I spoke with NYPost writer Sam Gustin for a few minutes last night as he was preparing an article on YouTube . His article is now up – you can see it here. The most interesting part of the conversation was when Sam told me that a source, which he described as “a senior exec at a well known media company that has been in acquisition talks with YouTube”, told him that YouTube is absolutely willing to sell, but that the number must be “at least $1.5 billion.”
There’s been a lot of buzz around YouTube’s destiny and possible valuation over the last few months. It’s an interesting case study that I spoke about earlier today as part of my presentation at the “new new internet” conference in Washington DC. The bottom line is, YouTube has big traction but is also in a very fragile position.
The Good News – Tons of Traffic
First, the good news. YouTube is serving over 100 million videos per day, with 65,000 or so new videos uploaded daily. Things are going so well for YouTube that founder Chad Hurley was recently quoted as saying that they have no plans to sell and that an IPO would be “very exciting for us”.
There’s a potentially staggering amount of revenue that YouTube could generate off of those video views. While today advertising is fairly limited to banner advertising on the site, integration of advertising directly into videos is a significant opportunity. The addition of a simple static or video add into each video that appears at the end (and exactly where viewers eyes are as the video ends) would be easy revenue (see how Revver does this as an example). With 100 million videos viewed per day, assuming 100% sell through (impossible, but useful for analysis) and a $1 CPM, YouTube would generate $100k per day in revenue. As the site grows, this revenue opportunity would grow as well. There’s a probable reason why YouTube hasn’t integrated advertising directly into videos yet – discussed in more detail below.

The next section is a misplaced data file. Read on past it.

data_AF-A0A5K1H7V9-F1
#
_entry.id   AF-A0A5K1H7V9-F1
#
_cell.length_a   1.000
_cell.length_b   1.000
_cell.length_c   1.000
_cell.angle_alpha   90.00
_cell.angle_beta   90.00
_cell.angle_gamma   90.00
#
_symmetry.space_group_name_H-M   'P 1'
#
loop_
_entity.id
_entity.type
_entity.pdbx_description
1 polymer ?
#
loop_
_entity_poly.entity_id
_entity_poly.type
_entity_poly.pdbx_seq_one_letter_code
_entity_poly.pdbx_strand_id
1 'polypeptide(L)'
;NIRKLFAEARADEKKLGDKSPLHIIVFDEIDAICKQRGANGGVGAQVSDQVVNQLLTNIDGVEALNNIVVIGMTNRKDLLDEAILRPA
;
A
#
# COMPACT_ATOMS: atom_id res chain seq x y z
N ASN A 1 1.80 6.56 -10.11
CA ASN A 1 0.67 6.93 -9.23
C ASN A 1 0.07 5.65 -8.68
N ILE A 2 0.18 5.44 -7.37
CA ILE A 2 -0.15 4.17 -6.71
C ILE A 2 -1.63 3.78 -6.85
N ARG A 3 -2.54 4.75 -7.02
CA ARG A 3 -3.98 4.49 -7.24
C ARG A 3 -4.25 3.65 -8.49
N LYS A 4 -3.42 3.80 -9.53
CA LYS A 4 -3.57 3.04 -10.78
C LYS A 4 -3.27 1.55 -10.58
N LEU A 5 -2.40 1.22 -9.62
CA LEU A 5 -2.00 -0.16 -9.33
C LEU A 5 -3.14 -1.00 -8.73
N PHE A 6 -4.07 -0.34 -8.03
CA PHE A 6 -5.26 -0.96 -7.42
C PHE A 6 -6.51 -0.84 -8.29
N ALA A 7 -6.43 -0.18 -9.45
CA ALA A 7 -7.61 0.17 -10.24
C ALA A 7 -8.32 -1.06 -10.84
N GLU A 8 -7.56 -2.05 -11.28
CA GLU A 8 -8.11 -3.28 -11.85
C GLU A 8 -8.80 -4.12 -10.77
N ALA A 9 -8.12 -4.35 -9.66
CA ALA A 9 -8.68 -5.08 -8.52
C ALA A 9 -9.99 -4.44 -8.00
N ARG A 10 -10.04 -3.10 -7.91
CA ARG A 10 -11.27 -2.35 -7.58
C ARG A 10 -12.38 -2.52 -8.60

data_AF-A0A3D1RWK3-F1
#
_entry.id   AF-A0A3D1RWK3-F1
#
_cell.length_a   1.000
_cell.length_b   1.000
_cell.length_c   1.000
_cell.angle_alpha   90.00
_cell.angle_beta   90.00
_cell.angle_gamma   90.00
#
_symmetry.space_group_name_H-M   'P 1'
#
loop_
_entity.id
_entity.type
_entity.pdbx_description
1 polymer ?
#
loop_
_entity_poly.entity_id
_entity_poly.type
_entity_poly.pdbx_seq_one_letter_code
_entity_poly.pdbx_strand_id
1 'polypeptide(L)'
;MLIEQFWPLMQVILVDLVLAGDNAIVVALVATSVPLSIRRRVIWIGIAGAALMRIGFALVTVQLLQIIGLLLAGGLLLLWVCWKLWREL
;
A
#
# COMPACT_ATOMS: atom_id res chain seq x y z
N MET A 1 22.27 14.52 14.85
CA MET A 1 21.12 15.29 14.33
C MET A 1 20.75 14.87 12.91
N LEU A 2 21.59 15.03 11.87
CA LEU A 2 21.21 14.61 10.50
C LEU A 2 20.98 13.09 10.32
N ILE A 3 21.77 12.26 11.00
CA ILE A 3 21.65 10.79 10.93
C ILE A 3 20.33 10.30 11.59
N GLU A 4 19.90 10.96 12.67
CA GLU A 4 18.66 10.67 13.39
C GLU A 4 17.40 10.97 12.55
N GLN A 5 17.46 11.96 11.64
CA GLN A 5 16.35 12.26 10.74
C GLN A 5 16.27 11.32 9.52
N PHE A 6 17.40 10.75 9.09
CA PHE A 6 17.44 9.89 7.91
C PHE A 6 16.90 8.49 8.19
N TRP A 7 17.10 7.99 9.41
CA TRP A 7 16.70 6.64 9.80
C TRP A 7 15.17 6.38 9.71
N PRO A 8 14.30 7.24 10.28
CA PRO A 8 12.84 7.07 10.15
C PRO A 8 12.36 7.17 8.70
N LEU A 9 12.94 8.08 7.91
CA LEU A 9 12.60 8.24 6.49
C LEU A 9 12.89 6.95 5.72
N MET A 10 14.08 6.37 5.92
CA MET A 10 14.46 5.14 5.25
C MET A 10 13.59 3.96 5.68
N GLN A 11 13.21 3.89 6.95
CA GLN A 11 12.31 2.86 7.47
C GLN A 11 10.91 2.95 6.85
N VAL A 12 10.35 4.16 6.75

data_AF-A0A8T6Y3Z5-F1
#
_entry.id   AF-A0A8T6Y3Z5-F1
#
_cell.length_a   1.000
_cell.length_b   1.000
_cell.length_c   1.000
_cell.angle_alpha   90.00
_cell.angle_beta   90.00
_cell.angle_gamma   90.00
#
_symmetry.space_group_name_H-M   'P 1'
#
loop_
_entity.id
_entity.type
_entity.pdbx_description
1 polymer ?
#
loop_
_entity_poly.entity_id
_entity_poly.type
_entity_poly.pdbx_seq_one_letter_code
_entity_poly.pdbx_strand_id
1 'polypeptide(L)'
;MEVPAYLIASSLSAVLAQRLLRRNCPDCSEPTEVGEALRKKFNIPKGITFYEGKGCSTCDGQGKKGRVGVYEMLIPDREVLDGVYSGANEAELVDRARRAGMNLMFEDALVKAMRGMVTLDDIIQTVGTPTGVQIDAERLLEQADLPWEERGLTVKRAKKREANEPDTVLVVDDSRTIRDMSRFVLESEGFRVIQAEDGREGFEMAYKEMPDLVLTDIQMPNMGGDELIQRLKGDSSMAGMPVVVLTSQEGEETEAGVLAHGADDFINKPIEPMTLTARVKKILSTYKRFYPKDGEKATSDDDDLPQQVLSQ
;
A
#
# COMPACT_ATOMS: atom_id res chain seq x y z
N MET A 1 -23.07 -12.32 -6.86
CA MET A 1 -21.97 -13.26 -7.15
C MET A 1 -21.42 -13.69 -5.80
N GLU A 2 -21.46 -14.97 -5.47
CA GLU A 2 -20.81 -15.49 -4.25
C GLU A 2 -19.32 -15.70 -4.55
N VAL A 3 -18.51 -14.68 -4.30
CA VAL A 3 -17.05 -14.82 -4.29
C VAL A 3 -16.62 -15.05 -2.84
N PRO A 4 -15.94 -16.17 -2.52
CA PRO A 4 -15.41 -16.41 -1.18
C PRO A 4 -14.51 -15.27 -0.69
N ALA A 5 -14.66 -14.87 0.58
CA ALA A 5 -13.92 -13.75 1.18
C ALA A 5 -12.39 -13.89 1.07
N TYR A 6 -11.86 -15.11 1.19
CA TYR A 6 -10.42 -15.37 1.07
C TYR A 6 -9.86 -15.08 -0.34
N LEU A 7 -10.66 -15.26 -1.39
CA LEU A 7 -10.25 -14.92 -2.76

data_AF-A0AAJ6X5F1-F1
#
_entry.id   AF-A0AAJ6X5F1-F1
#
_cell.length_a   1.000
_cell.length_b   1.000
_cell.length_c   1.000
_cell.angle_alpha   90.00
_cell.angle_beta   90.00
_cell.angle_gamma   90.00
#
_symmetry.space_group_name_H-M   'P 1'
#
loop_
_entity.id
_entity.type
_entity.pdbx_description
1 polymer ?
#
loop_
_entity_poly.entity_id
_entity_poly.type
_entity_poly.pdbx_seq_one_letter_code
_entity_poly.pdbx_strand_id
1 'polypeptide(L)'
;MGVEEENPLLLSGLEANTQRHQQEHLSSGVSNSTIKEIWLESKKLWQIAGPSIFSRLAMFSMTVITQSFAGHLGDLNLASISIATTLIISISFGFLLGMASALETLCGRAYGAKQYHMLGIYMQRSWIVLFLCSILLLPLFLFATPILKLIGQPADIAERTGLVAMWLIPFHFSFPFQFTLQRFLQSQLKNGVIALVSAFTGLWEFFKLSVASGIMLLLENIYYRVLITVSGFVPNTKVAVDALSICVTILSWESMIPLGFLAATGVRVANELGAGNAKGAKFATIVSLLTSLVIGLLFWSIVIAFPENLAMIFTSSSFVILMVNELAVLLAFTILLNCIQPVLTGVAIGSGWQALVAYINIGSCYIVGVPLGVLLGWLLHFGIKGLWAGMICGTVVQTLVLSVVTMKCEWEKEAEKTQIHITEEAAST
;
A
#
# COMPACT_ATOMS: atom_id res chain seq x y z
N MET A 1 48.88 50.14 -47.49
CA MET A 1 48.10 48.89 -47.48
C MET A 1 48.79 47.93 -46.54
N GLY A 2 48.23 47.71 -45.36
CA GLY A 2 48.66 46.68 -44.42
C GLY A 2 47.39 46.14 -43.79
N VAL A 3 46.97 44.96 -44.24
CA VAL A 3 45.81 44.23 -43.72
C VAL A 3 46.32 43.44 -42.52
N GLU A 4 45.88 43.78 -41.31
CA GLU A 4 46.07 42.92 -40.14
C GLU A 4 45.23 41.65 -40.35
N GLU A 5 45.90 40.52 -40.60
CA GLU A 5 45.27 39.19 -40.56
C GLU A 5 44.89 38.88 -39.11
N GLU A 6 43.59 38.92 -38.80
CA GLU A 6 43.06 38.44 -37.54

The Bad News – Copyright Infringement
These 100 million daily video views aren’t people watching kittens fall aleep. Most of the popular videos on YouTube contain copyrighted material that YouTube shouldn’t be presenting in the first place. This isn’t just music videos and Saturday Night Live skits – if music is playing in the background while someone is dancing around, that’s still copyright infringement.
YouTube has some protection under U.S. law since they merely host this material posted by users. As long as they comply with the DMCA and take down copyrighted material promptly when requested, they are protected. That’s why you’ll often find your favorite bookmarked videos have vanished when you go back to the site.
YouTube has made significant efforts recently to reach out to copyright owners and has secured a couple of deals to mitigate the copyright issues they face. Nonetheless, Universal Music Group has recently slammed YouTube as a copyright infringer, and Mark Cuban, among others, has jumped solidly on the anti-YouTube bandwagon.
Adding to the problem is the fact that DMCA protection isn’t absolute. When YouTube puts ads on pages that contain copyrighted materials (see here), they are in risk of losing the protections of the DMCA. See this post for a more detailed description of how the DMCA works in relation to YouTube.
What does all of this mean? It means that YouTube must secure deals with copyright holders if they are going to go big time revenue-wise.
So Is YouTube For Sale Or Not?
Of course it is.
YouTube can’t even think about going public until they fix their copyright woes by securing appropriate deals with the right parties, and then generating real revenues and profits. That’s a long way off. If someone were to offer them $1.5 billion in the meantime…
The valuation isn’t crazy based on at least one comparison, by the way. Grouper’s recent sale to Sony for $65 million suggests a YouTube valuation of around $2 billion when you look at relative traffic. YouTube may get their $1.5 billion in the near future. But first they’ll have to find a buyer with a strong stomach for IP wars, and an even stronger legal team.
Our previous coverage of YouTube is here.